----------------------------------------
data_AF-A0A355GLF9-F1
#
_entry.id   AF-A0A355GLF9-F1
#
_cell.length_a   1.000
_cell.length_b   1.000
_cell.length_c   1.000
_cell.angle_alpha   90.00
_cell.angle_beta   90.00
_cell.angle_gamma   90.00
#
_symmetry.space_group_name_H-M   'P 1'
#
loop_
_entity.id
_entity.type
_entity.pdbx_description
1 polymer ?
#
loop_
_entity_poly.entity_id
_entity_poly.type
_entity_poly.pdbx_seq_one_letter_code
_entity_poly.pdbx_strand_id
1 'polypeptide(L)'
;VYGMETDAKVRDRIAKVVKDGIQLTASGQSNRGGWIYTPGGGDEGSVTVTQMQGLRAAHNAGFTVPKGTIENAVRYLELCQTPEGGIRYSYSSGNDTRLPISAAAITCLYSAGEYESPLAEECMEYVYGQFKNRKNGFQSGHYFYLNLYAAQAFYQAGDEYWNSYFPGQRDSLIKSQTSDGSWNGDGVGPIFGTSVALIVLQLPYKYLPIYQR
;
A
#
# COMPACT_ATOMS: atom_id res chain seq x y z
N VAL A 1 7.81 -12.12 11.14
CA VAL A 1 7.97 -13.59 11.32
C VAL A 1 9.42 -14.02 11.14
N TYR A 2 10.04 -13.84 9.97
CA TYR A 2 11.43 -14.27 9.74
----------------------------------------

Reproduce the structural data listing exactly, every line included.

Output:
data_AF-A0A355GLF9-F1
#
_entry.id   AF-A0A355GLF9-F1
#
_cell.length_a   1.000
_cell.length_b   1.000
_cell.length_c   1.000
_cell.angle_alpha   90.00
_cell.angle_beta   90.00
_cell.angle_gamma   90.00
#
_symmetry.space_group_name_H-M   'P 1'
#
loop_
_entity.id
_entity.type
_entity.pdbx_description
1 polymer ?
#
loop_
_entity_poly.entity_id
_entity_poly.type
_entity_poly.pdbx_seq_one_letter_code
_entity_poly.pdbx_strand_id
1 'polypeptide(L)'
;VYGMETDAKVRDRIAKVVKDGIQLTASGQSNRGGWIYTPGGGDEGSVTVTQMQGLRAAHNAGFTVPKGTIENAVRYLELCQTPEGGIRYSYSSGNDTRLPISAAAITCLYSAGEYESPLAEECMEYVYGQFKNRKNGFQSGHYFYLNLYAAQAFYQAGDEYWNSYFPGQRDSLIKSQTSDGSWNGDGVGPIFGTSVALIVLQLPYKYLPIYQR
;
A
#
# COMPACT_ATOMS: atom_id res chain seq x y z
N VAL A 1 7.81 -12.12 11.14
CA VAL A 1 7.97 -13.59 11.32
C VAL A 1 9.42 -14.02 11.14
N TYR A 2 10.04 -13.84 9.97
CA TYR A 2 11.43 -14.27 9.74